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October 12, 2011 5:17 PM Banks vs. Students (and Their Rights)

By Daniel Luzer

Apparently a student at Catawba Valley Community College was banned from campus last week for protesting his school’s close relationship to one financial services company.

According to a piece posted at the Foundation for Individual Rights in Education (FIRE):

According to [student Marc] Bechtol, CVCC and Higher One aggressively marketed Higher One checking accounts through emails to students, advertising that they would get their tuition refunds and Pell Grants faster if they opened Higher One accounts; a September 19 email reportedly had the subject line, “Want your refund? Activate your CVCC Onecard today” in all capital letters. After Bechtol activated his card on September 27, he reportedly received a marketing phone call on September 28 from Orchard Bank, a credit card company.

The forced debit card is a common feature of college finances. Higher One, in particular, is a company specializing in the community college racket. Basically, Higher One contracts with the colleges to manage financial aid processes. The company promises students that they can receive their student loan refunds faster if they sign up for a Higher One account. The students often don’t realize that account comes with a lot of extra fees they might like to avoid and, furthermore, that they’ve now given personal and financial information to a bank, which is free to sell some of that information.

Bechtol criticized CVCC’s partnership with Higher One on the school’s Facebook page. On September 28, he also posted: “Did anyone else get a bunch of credit card spam in their CVCC inbox today? So, did CVCC sell our names to banks, or did Higher One? I think we should register CVCC’s address with every porn site known to man. Anyone know any good viruses to send them?” He immediately added a second comment, “OK, maybe that would be a slight overreaction.”
A week later, on October 4, as Bechtol waited for his second class of the day to begin, he was pulled out of his classroom by CVCC Executive Officer of Student Services Cynthia L. Coulter and told that he could not return. On October 5, Coulter sent him a disciplinary letter stating that Bechtol’s first Facebook comment was “disturbing,” “indicates possible malicious action against the college,” and violated CVCC’s policy against “[c]ommission of any other offense which, in the opinion of the administration or faculty, may be contrary to the best interest of the CVCC community.” Bechtol was suspended without a hearing and was banned from campus for two semesters. He attended an appeal hearing on October 7 but remains banned from the campus.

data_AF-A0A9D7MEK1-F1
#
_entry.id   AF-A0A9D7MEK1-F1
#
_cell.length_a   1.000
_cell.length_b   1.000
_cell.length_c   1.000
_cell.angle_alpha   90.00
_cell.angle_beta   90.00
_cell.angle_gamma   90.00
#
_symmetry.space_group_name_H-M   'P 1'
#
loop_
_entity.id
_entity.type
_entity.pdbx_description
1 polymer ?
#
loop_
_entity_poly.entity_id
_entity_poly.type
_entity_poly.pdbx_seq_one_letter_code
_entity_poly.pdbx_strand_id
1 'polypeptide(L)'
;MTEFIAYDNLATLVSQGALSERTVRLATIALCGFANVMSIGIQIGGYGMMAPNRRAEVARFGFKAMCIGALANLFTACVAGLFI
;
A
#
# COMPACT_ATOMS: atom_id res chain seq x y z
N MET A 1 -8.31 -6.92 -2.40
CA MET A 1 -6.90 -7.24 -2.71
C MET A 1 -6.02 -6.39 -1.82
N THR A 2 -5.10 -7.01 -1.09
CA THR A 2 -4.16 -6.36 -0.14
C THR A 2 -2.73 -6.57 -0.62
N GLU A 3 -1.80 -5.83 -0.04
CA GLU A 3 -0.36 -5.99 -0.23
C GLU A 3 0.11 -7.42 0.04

Higher One, however, continues to enjoy great power at Catawba Valley, a community college in Western North Carolina.

FIRE wrote to the president of the community college earlier this week, explaining that the Facebook comment obviously wasn’t a real threat and, furthermore, is protected expression. The organization also “noted that CVCC’s policy was unconstitutionally vague, completely failing to give students any opportunity to know what is prohibited by the whims of administrators.”

FIRE is correct. CVCC has apparently not responded to the organization.

Daniel Luzer is the news editor at Governing Magazine and former web editor of the Washington Monthly. Find him on Twitter: @Daniel_Luzer

Comments

  • Higher One on October 13, 2011 3:41 PM:

    First and foremost we would like to clear up some inaccuracies in your article, starting with the headline. Higher One is NOT a credit card company. We do not offer any instruments of credit to students. Our OneAccount is a checking account that is 100% optional for students. Many students do find the features and accessibility of the product convenient for their lifestyle, but it is always their choice. Higher One takes privacy very seriously and does not, under any circumstances, sell or share information with any third party providers or services. We comply with all Dept. of Ed and federal banking regulations.

    Regarding Catawba Valley Community College, the administration did not expel Marc Bechtol because of his opinions on the financial aid disbursement program with Higher One. Unrelated to his view of the Higher One program, the school found the content disturbing because of his threatening language, which indicated possible malicious action against the college and violated the school's Student Conduct Policy. Bechtol commented he wanted to register CVCC's address with numerous adult websites and also made mention of sending viruses to the school.